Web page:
Tuesday, February 23, 2016

Thinking and writing (1)

Sir Ernest Gowers:

Clear thinking is hard work, but loose thinking is bound to produce loose writing. And clear thinking takes time, but time that has to be given to a job to avoid making a mess of it cannot be time wasted and may in the end be time saved.

The Complete Plain Words , rev. Sidney Greenbaum and Janet Whitcut (Boston: David R. Godine, 1988).
I love the plainness of “making a mess of it.”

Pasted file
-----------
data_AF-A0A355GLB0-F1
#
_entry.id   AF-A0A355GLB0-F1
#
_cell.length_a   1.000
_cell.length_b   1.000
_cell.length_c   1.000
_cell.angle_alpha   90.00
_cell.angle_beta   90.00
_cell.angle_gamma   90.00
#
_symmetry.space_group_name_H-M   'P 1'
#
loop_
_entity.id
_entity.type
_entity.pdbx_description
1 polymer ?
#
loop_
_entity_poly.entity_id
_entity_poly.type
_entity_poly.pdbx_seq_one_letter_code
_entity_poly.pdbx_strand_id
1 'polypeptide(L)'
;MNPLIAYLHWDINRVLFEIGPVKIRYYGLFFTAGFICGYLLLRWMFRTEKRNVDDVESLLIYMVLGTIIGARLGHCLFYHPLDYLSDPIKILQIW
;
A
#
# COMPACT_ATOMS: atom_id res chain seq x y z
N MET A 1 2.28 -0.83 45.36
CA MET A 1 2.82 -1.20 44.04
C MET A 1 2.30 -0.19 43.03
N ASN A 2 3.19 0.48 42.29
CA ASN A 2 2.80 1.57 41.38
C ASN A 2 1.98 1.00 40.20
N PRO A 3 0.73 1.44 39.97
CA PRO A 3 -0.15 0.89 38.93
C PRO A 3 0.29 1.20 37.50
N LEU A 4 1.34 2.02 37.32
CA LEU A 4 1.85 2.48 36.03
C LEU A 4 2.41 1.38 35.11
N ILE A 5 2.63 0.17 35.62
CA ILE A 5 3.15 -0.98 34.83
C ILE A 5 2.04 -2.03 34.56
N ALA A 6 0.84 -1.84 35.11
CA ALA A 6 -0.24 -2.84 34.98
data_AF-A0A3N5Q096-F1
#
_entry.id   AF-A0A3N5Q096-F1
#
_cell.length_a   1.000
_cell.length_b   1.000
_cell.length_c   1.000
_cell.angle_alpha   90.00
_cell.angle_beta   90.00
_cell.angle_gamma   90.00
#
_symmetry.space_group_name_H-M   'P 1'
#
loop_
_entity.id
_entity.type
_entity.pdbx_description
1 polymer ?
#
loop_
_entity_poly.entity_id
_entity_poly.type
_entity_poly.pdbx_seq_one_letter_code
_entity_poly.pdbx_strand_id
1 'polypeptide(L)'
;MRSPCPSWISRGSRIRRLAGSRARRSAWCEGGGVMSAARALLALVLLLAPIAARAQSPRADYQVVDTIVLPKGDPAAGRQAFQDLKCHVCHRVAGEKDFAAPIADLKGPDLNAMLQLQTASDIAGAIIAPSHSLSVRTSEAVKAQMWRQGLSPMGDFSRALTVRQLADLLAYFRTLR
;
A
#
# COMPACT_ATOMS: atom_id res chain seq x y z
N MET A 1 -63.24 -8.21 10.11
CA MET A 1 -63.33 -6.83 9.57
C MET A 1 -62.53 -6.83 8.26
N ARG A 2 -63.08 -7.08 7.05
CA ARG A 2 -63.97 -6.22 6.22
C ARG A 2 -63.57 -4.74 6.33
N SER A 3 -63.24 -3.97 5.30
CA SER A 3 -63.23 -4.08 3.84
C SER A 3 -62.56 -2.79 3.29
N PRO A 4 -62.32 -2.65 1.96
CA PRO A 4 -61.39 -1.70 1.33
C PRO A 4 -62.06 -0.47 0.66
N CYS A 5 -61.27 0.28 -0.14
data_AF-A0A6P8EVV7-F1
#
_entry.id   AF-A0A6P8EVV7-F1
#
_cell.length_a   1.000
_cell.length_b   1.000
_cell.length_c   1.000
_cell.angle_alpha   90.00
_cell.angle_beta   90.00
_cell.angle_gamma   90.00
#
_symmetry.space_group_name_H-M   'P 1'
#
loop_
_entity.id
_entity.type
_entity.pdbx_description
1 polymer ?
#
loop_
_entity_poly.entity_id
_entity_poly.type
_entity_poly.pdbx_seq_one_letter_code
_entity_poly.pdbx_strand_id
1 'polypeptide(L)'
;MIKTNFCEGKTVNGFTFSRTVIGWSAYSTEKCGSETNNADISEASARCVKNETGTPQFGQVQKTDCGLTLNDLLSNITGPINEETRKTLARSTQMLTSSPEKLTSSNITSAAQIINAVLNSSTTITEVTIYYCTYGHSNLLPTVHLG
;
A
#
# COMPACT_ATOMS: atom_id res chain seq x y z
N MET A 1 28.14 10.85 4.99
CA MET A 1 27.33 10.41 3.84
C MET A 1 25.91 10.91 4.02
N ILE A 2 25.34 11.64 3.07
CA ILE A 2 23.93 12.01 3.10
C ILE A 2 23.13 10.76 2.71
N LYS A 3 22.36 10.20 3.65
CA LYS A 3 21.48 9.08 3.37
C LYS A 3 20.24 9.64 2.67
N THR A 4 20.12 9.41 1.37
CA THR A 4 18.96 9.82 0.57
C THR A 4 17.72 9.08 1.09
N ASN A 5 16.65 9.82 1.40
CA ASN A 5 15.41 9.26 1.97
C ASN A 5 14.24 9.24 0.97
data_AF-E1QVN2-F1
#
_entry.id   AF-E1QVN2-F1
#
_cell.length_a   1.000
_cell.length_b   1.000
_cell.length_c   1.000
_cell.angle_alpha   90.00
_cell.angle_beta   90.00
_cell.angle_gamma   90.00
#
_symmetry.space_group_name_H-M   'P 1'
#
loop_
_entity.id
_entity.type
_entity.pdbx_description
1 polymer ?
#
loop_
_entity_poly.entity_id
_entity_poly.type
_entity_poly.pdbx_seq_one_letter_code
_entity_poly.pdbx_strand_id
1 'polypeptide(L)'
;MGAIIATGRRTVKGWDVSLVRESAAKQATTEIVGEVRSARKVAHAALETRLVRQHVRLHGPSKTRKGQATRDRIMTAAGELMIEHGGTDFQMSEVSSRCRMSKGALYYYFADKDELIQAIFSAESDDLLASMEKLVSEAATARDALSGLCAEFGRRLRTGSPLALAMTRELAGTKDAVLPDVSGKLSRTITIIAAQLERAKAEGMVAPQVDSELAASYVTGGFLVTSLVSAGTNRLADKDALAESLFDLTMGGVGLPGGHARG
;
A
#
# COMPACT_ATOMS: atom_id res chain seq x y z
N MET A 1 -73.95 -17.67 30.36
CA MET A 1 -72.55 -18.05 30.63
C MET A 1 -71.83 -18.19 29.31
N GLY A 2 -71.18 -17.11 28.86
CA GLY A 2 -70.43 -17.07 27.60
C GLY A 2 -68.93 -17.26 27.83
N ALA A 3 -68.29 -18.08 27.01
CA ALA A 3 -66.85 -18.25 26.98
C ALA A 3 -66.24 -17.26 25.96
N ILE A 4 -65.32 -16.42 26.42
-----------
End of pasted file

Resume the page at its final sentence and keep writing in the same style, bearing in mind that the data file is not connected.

Sir Ernest Gowers (1880–1966), a British civil servant, wrote Plain Words (1948) and The ABC of Plain Words (1951), books meant to foster clarity and humanity in official English. He combined the two books to make The Complete Plain Words (1954). Gowers also edited the second edition of H. W. Fowler’s A Dictionary of Modern English Usage (1965). The Complete Plain Words has been revised by Bruce Fraser (1973), by Greenbaum and Whitcut (1986), and by Rebecca Gowers, Sir Ernest’s great-granddaughter (2014). I’ve had the 1988 American paperback on a shelf for five or six years. And now I’m reading it.

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